Our Moonlight Revels: "A Midsummer Night's Dream" in the Theatre
by Gary Jay Williams
University of Iowa Press, 2002
Paper: 978-0-87745-829-6 | Cloth: 978-0-87745-592-9 | eISBN: 978-1-58729-250-7
Library of Congress Classification PR2827.W59 1997
Dewey Decimal Classification 822.33


 Many ingenious theatrical worlds have been created for the fairy world of A Midsummer Night's Dream, from the baroque to the postmodern. This is the quintessential play for understanding the ways in which scenery, costumes, music, lighting, and playing spaces affect our experience of Shakespeare. A Midsummer Night's Dream also proves to be extraordinarily responsive to the cultural winds of each era, easily circulating a variety of sometimes competing social interests.

In his richly detailed, beautifully illustrated history of Shakespeare's most popular play—the first comprehensive study of A Midsummer Night's Dream in the theatre—Gary Jay Williams covers four hundred years of landmark productions in Europe, the United States, and Canada as well as important opera, dance, and film adaptations. Williams shows how the visual and musical vocabularies of production can be read as cultural texts and how these meditative texts determine this play's available meanings from generation to generation. His account, then, is the story of our imaginative and astonishing uses of Shakespeare's play.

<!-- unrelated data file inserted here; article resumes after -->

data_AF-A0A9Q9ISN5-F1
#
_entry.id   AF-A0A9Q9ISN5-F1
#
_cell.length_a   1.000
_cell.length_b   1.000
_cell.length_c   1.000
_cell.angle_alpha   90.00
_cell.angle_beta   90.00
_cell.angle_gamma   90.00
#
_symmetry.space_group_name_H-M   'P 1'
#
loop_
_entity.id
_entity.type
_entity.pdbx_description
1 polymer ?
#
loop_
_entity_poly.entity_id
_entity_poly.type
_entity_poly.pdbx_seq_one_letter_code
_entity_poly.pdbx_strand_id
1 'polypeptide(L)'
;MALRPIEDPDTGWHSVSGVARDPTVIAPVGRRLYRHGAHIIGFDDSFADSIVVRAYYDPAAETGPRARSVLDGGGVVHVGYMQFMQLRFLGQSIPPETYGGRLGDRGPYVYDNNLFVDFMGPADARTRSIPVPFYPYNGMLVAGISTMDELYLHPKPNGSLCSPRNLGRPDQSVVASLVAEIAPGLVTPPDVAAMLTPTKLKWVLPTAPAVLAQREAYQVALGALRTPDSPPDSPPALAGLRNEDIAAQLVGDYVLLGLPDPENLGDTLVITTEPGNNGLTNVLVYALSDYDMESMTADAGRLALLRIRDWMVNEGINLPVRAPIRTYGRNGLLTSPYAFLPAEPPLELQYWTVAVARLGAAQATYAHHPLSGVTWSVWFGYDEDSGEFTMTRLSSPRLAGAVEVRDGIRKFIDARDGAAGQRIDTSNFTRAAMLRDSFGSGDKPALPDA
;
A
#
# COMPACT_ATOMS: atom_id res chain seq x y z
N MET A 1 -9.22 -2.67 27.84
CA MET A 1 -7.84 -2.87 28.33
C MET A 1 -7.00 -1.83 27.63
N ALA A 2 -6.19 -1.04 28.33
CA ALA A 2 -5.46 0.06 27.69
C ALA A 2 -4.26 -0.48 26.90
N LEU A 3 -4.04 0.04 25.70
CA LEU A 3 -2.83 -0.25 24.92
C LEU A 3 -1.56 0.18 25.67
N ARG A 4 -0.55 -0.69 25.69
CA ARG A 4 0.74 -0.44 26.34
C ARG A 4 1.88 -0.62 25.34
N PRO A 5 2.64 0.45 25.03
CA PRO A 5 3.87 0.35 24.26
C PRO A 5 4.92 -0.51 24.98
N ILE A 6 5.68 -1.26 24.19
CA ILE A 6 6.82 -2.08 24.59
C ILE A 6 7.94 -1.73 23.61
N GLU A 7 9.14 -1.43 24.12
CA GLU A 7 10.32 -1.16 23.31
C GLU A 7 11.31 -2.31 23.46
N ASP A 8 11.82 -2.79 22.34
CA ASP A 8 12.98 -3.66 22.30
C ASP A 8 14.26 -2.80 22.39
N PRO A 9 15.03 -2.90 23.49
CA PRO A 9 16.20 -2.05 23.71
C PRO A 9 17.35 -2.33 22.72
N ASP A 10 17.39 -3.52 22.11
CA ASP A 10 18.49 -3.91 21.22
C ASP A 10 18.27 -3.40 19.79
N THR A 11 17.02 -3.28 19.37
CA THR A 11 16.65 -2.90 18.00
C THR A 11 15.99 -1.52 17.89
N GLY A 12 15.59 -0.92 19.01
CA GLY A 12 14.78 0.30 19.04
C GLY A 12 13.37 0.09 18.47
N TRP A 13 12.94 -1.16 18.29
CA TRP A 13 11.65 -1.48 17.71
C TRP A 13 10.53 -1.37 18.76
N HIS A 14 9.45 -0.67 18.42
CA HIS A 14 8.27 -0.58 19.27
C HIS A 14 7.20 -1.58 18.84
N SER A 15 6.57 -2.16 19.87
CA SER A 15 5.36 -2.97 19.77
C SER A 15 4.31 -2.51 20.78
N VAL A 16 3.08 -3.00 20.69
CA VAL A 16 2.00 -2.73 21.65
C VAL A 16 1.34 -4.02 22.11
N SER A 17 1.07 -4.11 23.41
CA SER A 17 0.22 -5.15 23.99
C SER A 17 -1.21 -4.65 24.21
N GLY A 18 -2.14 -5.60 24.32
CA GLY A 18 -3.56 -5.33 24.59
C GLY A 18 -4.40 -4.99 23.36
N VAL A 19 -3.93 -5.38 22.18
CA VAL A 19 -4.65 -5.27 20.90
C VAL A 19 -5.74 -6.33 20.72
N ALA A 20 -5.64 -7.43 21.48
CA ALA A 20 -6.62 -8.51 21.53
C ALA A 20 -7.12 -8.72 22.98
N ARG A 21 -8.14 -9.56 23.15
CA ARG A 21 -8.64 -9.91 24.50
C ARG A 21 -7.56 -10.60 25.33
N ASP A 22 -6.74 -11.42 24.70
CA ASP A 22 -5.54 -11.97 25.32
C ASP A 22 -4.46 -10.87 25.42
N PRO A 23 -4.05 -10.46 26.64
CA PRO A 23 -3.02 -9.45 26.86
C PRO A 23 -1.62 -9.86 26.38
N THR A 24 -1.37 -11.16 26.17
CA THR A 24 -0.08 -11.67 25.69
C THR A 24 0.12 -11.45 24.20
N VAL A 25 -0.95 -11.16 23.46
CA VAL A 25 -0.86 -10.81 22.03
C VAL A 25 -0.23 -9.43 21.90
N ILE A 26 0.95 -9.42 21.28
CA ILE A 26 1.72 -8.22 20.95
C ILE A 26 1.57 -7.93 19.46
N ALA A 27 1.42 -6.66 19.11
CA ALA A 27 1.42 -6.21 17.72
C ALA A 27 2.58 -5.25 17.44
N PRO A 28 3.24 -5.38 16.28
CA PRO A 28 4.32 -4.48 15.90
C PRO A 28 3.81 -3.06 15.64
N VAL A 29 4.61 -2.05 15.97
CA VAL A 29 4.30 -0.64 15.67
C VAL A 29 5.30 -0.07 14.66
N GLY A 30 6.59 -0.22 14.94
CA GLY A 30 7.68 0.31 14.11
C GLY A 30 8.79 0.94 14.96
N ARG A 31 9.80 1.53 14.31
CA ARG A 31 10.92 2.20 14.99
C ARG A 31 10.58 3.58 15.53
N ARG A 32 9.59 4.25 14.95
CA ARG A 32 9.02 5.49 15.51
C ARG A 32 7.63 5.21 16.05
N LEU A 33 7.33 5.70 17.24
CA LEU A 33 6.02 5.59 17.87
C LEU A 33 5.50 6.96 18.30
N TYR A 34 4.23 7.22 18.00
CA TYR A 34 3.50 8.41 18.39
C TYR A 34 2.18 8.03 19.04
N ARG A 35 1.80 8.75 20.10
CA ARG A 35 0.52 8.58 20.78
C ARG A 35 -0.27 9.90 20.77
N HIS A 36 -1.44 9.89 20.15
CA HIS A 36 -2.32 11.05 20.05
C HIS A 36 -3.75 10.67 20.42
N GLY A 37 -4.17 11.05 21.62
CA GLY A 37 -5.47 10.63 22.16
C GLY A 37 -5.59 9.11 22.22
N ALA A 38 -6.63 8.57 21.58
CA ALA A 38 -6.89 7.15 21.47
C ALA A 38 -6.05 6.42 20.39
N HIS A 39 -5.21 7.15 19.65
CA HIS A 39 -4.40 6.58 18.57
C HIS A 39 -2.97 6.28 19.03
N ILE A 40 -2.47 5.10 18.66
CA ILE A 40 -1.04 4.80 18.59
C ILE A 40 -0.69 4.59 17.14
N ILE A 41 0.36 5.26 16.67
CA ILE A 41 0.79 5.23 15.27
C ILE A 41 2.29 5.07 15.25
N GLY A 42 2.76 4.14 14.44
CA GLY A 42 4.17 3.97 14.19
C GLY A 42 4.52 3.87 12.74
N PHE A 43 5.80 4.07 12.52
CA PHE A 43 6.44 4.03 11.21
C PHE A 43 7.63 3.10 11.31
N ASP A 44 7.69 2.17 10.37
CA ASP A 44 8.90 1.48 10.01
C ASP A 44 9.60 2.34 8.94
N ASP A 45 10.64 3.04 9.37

Many famous theatre artists have been drawn to this play, and many of their productions have been turning points in theatre history. Williams offers detailed theatrical and cultural analyses of the productions of David Garrick, Ludwig Tieck, Elizabeth Vestris, Charles Kean, Harley Granville-Barker, Sir Herbert Beerbohm Tree, Max Reinhardt, Peter Brook, Liviu Ciulei, and other artists. His engaging, intelligent study will be invaluable to scholars and teachers of Shakespeare and theatre history and to professional directors, designers, critics, and actors.

•The Wedding-play Myth and the Dream in Full Play
•Shakespeare Absolute: Fairies, Gods, and Oranges in Purcell's Fairy Queen
•“Signor Shakespearelli”
•The Scenic Language of Empire
•These Antique Fables . . . These Fairy Toys”
•The National and Natural Dream
•The Dream of Modernism: The “New Hieroglyphic Language of Scenery” and the Theology of the Text
•The Dream of Modernism: The Sacred and the Secular
•Postmodernism: “The Fierce Vexation of a Dream”

See other books on: 1564-1616 | Midsummer night's dream | Shakespeare, William | Stage history | Theatre
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